Hip-hop is cool. Samurai are cooler. Put them together, like Cowboy Bebop helmer Shinichiro Watanabe has, and what you end up with is one of the hottest and most anticipated releases of the year.
Set in feudal Japan, Samurai Champloo follows the barmaid Fuu as she meets two very different swordsmen, the wild and unpredictable Mugen and the cold and calculating Jin. After the pub she works in is reduced to a smoking ruin during a fight between the two they are both captured and sentenced to execution, however, Fuu offers to help them escape on one condition - they must both help her find a samurai who smells of sunflowers. The problem is that Mugen and Jin are both complete gits who are only interested in fighting, and if there isn't anyone else around they're quite happy to pitch into each other...
Samurai Champloo really begins with a bang, pitching you straight into the action almost immediately, and what action it is. Fast paced and visceral, the fights ooze style and Mugen's combination of swordfighting and breakdancing is awesome to watch. The fights are brilliantly choreographed in all four episodes and the animation is superb, whilst a special note must also be made of the music which is very different to the usual anime fare. However, despite the whole volume being very good it can't quite maintain the momentum it built up with the first episode.
The second episode sets up the oft used scenario of a character who appeared previously seeking elaborate revenge on both Mugen and Jin, whilst the third and fourth bear some similarities to the classic Akira Kurosawa film Yojimbo as Mugen and Jin take up bodyguard roles on either side of a Yakuza turf war. Whilst these episodes are superb to watch they don't have the originality that episode 1 had, and because of this are a bit predictable. However, it is in these episodes that you begin to get a feel for the characters, and it must be said that they are one of the most appealing aspects of the series.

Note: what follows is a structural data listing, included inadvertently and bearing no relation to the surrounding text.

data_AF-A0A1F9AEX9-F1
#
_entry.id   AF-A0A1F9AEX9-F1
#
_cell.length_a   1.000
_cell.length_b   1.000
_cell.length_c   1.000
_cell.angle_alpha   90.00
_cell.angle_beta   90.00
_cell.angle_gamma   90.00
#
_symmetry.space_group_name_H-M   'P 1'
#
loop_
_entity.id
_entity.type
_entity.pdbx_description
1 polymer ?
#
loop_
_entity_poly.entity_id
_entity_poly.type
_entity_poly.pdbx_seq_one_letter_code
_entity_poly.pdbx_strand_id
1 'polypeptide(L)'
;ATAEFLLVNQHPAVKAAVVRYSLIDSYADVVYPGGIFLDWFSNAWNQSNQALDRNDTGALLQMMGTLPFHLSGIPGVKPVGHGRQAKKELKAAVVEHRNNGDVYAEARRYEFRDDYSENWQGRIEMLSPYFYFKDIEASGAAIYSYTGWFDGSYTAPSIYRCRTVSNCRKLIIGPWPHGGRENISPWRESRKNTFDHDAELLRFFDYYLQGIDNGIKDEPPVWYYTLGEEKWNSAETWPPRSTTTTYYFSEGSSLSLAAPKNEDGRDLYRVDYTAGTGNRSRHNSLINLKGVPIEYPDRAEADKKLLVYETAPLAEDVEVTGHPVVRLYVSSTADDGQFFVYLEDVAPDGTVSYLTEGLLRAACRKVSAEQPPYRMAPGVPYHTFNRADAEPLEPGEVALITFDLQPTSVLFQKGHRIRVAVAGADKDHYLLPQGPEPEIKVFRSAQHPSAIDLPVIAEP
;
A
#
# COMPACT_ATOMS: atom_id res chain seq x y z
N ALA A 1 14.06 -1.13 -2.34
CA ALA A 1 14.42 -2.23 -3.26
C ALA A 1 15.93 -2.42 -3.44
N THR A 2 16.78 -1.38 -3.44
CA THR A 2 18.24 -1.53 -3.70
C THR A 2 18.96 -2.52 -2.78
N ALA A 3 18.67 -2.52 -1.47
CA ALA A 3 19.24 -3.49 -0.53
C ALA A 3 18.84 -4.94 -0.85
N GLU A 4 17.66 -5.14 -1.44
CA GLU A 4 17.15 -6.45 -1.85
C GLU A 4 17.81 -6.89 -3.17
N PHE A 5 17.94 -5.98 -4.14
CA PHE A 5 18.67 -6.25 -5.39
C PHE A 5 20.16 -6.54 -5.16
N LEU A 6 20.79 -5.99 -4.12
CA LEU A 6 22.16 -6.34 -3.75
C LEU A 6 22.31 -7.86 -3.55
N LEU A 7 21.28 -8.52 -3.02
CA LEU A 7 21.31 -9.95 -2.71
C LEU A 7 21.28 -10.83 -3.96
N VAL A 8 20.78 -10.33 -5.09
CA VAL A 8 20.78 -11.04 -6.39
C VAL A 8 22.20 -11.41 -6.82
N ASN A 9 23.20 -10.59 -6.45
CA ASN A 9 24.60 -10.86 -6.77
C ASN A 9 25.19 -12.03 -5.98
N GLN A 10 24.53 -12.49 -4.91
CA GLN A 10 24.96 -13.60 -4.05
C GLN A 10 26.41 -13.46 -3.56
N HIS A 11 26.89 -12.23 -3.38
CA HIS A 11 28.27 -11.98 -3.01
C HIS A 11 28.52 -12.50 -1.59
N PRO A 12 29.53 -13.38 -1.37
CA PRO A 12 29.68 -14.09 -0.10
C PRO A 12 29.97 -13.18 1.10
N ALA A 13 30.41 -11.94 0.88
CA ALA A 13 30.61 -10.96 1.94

The main trio of characters are interestingly balanced and are so far pretty enigmatic, there is going to be a lot to learn about all of them in volumes to come and I get the impression that it's definitely going to be worth seeing. Mugen and Jin are both pretty unlikeable but by episode four you begin to understand their twisted codes of honour, and there are a few tantalising hints about Fuu's past that really pique your interest too. Samurai Champloo manages to tell you enough to keep you intrigued but not so much that you lose interest, which is a difficult feat.
At the end of the day Samurai Champloo vol 1 is well worth buying. It's hugely enjoyable and massive amounts of fast paced action easily keep you interested whilst the plot and characters are skilfully developed in the background. The hip-hop elements are brilliantly blended with the feudal Japanese setting and the animation and music is excellent, more importantly though you end the volume really wanting to know what will happen next. Whilst it's true that there is a slight air of familiarity about episode 2 to 4 Samurai Champloo packs in everything that makes anime great, it rocks!
Several trailers are on offer, but the main draw is the 'Battlecry' promo, which is a music video created from clips of the show put to Samurai Champloo's theme tune. The video is quite well done but the song will appeal more to hip-hop fans than it does to me, and the trailers have little replay value.